The most recent contribution is the use of iontophoresis methods to improve penetration, especially when combined with the partial removal of the epithelium, only from its surface layers. The studies show a very important decrease in the complications and a very effective saturation of the stroma.

3.2 Increased power at the UVA source

Compared to the 3 mW / cm 2 of the initial Dresden protocol , UV lamps have emerged that reach up to 45 mW and 10 J/cm2 (Peschke Meditrade, IROC Innocross or Avedro Inc.), which reduces the exposure time and improve riboflavin penetration even through the corneal epithelium.

When power of 45 mW and 10 J/cm2 is applied, time of exposure goes down from 30 to only 1 minute. Kanellopoulos published studies with 7 mW / cm 2 during 15 minutes, with results similar to those obtained with the Dresden protocol, in regard to stabilization of the corneal ectasia. The problem we encounter with these more powerful UV sources is that it increases the phototoxic effect and therefore it is essential to implement the protocol strictly.


Patients who suffer from keratoconus or ectasia secondary to LASIK have a double problem; first, the evolutionary process of corneal deformation and second, poor quality of vision, which makes indeed necessary the use of glasses or contact lenses and still it is not achieved a  “useful” vision in many cases, therefore one solution consists of combining therapies aimed at slowing the progression of the disease, in this case (the CXL), with other techniques to improve visual quality, such as corneal implants segments in the stroma, refractive laser treatment (PRK or LASIK) or a phakic lens implant.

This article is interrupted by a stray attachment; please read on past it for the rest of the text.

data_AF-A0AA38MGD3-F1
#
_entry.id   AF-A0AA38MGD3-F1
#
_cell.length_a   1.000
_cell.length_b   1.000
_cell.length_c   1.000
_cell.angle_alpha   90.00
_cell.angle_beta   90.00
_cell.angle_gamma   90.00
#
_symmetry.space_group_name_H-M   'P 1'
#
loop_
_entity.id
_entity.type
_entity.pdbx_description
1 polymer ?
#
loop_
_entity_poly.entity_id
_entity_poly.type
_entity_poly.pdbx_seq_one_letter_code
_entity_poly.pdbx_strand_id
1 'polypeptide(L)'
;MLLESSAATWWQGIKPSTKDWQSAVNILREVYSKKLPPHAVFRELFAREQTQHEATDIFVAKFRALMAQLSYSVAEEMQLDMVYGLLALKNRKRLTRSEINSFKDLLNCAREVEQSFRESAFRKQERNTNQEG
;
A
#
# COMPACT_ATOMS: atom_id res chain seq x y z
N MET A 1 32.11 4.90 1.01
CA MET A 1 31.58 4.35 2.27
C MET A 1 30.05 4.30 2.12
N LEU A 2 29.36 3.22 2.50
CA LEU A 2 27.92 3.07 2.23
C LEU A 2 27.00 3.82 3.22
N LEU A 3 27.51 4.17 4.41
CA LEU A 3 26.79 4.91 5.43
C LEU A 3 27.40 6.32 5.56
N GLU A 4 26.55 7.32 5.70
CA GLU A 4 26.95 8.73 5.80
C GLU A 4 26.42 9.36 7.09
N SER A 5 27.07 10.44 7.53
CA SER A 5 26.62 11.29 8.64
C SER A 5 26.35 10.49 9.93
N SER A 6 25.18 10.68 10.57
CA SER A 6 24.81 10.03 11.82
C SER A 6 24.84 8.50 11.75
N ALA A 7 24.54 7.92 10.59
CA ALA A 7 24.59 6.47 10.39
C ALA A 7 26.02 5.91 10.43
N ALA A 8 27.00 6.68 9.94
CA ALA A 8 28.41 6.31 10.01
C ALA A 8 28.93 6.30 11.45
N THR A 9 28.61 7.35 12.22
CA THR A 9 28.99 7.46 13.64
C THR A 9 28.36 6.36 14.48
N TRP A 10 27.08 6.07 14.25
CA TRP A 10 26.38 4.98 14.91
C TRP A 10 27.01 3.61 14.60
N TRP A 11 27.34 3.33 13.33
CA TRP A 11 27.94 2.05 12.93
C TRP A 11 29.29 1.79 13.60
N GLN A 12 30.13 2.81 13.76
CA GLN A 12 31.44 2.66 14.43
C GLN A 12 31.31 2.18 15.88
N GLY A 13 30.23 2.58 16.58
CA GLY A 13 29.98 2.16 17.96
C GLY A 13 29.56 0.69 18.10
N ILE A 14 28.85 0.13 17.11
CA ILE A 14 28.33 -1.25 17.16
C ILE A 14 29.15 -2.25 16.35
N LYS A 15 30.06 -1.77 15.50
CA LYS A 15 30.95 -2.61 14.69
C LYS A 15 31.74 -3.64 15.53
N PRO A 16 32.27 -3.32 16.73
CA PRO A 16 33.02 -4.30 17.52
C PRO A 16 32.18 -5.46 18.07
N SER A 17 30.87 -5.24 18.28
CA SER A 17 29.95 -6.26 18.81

4.1 Intrastromal segments and CXL

Intrastromal segments help improving the geometry of the cornea, and focusing the apex of astigmatism that appears in these cases as well as aberrations secondary to corneal deformation. Its effectiveness has long been established, with over 10 years experience and now with new designs that allow partly correct refractive defects. Several surgeons advocate performing the implantation of the segments and if the goal is achieved, then performing CXL treatment to “fix” these changes by increasing corneal rigidity.

4.2 Excimer Laser and CXL

Although it seems a contradiction to apply laser on a weakened cornea, even in cases that previously LASIK was performed, the combination of laser with the CXL, appears as an effective and safe technique, and so it is referred by those specialists who are doing this combination. As it usually happens, it is not applicable to all cases, but in patients whose cornea has a sufficient thickness and where refractive treatment is not more than 4 or 5 diopters, it has been found possible both actions at the same laser surgical act: to eliminate or at least significantly reduce, the refractive problem secondary to deformation of the cornea and to make the CXL. Different authors report very good results, with significant improvements in vision and no changes occurred in the corneal ectasia, with follow up tests to 5 years.